What happened just now? NASA's spacecraft OSIRIS-REx recently broke its own record when it captured a highly detailed image of an asteroid as it circled the body closer than any spaceship previously.
Already in September 2016, NASA launched its spacecraft OSIRIS-REx with a seven-year mission to collect samples from an asteroid named Bennu and return home by 2023. The mission known as Orbital B, in which it merges into one Orbit of only 680 meters above the asteroid surface. This distance is the smallest distance yet of a spacecraft revolving around a planetary body. The previous record of 1.3 kilometers (0.8 miles) was also set up by OSIRIX-REx last December. The image of the 78 billion kilogram asteroid "was taken from a distance of 690 meters (0.4 miles) above sea level asteroid surface with NavCam 1
This is the view from the narrowest orbit that a spaceship ever made around a planetary body Has.
This navigation image of the asteroid Bennu was taken just after the orbit began on June 13 from a distance of 0.6 km. (690 m).
Image details: https://t.co/8aFYUKK4cW pic.twitter.com/jraAXwRAw1
– OSIRIS-REx (@OSIRISREx) of NASA June 17, 2019  The close-up and Bennu's detailed picture shows half of the sunlight-lit rock and the other full darkness with the largest boulder of the asteroid jutting out of its southern hemisphere. Also offers a cool wallpaper.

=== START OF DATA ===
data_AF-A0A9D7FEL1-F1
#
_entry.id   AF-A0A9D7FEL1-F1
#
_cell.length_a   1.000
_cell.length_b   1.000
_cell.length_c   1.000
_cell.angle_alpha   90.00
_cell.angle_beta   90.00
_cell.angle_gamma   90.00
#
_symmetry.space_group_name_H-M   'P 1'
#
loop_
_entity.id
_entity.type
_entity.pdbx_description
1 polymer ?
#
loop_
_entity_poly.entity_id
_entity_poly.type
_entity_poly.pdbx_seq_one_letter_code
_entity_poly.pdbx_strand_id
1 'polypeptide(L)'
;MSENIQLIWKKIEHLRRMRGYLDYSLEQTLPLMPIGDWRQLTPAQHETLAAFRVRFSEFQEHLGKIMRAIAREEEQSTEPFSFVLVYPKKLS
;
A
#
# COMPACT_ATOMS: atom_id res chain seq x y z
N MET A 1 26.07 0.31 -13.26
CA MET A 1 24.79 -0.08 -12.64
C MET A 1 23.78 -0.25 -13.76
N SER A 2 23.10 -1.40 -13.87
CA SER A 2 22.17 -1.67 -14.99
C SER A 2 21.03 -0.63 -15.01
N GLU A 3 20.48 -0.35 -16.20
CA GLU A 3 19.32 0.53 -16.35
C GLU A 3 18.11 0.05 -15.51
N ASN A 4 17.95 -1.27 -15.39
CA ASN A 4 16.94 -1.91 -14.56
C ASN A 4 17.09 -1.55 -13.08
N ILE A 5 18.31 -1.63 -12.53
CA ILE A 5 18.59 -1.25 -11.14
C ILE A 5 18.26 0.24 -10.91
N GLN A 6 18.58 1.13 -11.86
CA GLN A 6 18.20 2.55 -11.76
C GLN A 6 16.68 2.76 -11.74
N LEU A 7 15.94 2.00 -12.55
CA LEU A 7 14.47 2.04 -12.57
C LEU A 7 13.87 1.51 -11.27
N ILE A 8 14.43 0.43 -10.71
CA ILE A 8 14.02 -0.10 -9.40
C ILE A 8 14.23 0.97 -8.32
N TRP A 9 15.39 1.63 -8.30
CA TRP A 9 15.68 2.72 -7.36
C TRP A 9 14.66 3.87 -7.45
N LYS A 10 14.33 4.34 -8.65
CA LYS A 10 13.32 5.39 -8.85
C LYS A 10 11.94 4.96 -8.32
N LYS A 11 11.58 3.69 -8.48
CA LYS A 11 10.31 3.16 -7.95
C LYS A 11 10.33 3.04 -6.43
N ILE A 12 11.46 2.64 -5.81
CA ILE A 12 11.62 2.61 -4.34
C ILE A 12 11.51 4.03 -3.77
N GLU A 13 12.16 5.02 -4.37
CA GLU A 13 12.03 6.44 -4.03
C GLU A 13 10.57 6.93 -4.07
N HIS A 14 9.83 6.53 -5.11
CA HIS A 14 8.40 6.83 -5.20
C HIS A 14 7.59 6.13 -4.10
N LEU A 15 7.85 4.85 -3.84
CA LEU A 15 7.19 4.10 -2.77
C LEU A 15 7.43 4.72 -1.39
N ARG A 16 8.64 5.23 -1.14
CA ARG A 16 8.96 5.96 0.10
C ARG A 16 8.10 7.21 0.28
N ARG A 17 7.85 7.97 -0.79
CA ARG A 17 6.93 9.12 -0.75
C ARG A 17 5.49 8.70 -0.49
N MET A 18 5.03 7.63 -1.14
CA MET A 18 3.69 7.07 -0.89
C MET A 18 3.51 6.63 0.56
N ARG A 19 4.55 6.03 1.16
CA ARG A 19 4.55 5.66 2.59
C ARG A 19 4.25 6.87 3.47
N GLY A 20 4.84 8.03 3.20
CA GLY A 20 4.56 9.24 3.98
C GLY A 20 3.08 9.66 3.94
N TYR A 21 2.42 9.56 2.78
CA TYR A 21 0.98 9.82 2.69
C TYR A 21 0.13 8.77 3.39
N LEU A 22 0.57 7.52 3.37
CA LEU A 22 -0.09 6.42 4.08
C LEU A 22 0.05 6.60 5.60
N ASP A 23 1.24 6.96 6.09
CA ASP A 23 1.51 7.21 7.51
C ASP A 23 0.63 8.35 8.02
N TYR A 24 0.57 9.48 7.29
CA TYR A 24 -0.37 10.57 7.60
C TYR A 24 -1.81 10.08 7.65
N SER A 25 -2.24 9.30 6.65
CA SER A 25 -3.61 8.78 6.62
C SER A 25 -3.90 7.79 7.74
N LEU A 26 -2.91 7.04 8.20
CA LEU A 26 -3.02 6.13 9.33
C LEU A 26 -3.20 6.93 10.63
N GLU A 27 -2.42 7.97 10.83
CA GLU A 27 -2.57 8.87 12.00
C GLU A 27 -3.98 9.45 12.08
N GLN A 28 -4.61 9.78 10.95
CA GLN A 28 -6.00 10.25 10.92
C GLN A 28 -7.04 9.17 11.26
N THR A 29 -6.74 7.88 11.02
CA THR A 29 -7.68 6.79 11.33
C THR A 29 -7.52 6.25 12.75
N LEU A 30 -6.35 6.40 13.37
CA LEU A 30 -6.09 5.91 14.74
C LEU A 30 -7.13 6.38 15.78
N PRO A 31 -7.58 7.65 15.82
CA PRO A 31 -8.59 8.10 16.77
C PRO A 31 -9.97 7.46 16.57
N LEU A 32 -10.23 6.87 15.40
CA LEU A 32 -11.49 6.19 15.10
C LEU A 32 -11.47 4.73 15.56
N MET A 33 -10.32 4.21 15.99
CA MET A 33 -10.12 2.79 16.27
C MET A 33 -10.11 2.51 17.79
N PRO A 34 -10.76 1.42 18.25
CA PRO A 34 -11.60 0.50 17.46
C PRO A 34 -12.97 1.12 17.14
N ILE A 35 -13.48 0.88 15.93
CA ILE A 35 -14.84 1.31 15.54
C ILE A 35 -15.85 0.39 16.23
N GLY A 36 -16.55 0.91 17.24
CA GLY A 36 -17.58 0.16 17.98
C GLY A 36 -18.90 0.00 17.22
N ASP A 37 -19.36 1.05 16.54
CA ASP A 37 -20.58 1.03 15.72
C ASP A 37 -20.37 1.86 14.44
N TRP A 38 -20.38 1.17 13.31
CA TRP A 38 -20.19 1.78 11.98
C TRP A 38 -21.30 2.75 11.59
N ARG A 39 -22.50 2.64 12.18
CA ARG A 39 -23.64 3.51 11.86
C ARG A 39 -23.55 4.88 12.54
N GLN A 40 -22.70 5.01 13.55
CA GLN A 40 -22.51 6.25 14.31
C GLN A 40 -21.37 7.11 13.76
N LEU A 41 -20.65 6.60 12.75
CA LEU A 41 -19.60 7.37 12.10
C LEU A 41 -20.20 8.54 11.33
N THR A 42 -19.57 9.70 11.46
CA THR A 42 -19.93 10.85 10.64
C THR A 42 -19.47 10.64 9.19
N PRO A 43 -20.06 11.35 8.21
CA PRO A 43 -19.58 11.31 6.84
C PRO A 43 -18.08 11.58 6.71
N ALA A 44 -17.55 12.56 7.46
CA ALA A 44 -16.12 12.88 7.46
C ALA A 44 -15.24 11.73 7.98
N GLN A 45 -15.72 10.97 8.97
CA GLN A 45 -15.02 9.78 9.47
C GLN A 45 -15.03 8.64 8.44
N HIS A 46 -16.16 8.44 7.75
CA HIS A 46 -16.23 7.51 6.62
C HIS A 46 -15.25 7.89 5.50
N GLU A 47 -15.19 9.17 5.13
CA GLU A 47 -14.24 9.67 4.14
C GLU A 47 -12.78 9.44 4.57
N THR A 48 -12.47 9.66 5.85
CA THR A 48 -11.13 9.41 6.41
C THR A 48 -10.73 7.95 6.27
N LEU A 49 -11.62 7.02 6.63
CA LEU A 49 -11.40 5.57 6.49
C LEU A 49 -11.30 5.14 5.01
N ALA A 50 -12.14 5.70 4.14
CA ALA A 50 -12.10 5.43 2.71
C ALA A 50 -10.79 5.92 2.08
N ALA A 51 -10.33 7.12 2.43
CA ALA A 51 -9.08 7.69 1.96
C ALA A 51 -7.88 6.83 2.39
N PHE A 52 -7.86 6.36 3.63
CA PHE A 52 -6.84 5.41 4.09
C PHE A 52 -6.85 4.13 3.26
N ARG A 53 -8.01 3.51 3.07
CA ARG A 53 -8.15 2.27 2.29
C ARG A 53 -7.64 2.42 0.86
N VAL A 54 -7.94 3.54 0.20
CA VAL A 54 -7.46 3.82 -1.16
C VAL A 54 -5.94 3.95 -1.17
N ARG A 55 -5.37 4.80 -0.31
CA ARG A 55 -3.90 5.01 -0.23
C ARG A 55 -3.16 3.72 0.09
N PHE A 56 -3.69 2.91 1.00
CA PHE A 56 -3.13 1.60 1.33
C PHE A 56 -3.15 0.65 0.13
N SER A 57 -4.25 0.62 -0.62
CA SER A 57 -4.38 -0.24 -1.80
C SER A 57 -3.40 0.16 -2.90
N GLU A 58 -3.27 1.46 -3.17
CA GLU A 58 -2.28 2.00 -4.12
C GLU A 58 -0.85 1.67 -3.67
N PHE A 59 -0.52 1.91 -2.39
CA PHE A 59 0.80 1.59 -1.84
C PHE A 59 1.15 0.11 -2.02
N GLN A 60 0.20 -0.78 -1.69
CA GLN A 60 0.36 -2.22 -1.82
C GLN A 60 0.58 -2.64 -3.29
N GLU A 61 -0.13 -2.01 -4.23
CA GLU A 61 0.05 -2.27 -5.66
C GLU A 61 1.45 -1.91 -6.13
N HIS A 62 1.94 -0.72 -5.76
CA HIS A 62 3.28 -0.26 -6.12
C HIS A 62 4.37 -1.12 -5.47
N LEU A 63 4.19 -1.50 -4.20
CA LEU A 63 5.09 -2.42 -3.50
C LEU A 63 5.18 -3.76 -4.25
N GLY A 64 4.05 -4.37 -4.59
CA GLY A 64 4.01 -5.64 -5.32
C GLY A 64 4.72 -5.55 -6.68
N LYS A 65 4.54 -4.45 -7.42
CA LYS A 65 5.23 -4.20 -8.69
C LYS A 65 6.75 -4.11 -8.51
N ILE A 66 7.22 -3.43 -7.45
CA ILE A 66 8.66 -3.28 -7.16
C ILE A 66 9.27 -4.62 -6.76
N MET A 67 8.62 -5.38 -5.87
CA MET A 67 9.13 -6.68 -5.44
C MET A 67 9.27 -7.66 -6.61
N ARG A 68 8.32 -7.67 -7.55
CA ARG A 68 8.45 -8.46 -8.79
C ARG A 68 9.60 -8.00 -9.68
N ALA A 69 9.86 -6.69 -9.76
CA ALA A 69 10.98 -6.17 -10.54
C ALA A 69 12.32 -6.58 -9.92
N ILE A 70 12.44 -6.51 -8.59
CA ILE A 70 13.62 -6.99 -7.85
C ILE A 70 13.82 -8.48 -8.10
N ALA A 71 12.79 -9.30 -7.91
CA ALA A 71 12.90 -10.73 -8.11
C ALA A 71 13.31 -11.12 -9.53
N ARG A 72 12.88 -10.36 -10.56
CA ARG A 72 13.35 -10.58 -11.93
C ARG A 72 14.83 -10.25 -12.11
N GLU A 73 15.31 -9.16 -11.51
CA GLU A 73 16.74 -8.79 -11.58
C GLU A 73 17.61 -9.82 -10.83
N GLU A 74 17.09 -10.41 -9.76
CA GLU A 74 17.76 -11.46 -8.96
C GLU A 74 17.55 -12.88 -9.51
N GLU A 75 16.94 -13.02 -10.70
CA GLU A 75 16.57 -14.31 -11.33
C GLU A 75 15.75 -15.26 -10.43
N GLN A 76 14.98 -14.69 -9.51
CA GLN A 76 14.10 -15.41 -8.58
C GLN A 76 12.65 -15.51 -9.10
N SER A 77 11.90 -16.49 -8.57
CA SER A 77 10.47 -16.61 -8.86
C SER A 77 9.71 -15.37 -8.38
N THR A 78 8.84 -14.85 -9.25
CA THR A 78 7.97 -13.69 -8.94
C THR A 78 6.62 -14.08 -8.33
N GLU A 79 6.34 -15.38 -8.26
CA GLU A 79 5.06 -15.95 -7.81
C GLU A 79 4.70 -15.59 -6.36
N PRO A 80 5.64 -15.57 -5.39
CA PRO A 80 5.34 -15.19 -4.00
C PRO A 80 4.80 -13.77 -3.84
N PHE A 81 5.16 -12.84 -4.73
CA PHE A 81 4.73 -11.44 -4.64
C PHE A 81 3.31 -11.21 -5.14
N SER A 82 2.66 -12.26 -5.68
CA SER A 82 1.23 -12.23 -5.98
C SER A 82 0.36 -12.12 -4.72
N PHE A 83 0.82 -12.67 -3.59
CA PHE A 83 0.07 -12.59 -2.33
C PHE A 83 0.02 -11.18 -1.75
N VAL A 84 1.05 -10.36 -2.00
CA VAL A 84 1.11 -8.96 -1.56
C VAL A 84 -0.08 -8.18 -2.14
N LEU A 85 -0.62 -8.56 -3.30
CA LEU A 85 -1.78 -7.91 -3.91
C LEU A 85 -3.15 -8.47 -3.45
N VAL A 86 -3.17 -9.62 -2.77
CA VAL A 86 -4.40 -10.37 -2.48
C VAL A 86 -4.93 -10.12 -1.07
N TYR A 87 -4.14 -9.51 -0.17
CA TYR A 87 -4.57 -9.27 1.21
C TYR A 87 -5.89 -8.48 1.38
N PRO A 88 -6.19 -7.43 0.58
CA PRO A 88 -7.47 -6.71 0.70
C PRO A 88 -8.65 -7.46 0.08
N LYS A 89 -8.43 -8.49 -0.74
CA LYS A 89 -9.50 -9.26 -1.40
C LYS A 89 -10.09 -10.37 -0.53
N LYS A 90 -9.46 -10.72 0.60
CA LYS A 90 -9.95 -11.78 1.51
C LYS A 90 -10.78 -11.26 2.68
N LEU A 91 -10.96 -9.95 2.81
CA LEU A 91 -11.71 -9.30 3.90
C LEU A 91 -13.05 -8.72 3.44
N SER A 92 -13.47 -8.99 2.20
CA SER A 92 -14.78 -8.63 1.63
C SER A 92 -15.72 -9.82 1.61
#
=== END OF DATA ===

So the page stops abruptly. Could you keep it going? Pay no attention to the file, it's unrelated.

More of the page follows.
Earlier results of the mission have revealed that Bennu is full of minerals, which means a lot of water in its molecular structure and a surface covered with rocks and caves. According to NASA, the spacecraft will remain in its current orbit until the second week of August and then move to a higher orbital C for additional particle observations.
The OSIRIX-REx team will use data collected from Orbital B In order to assess the safety and probability of taking a sample from any potential location on the Bennu asteroid, an event will be held in the summer of 2020, during which the spacecraft will host its Sample until September 2023 on the earth supplies.
Thumbnail Credits: University of Arizona, main image: NASA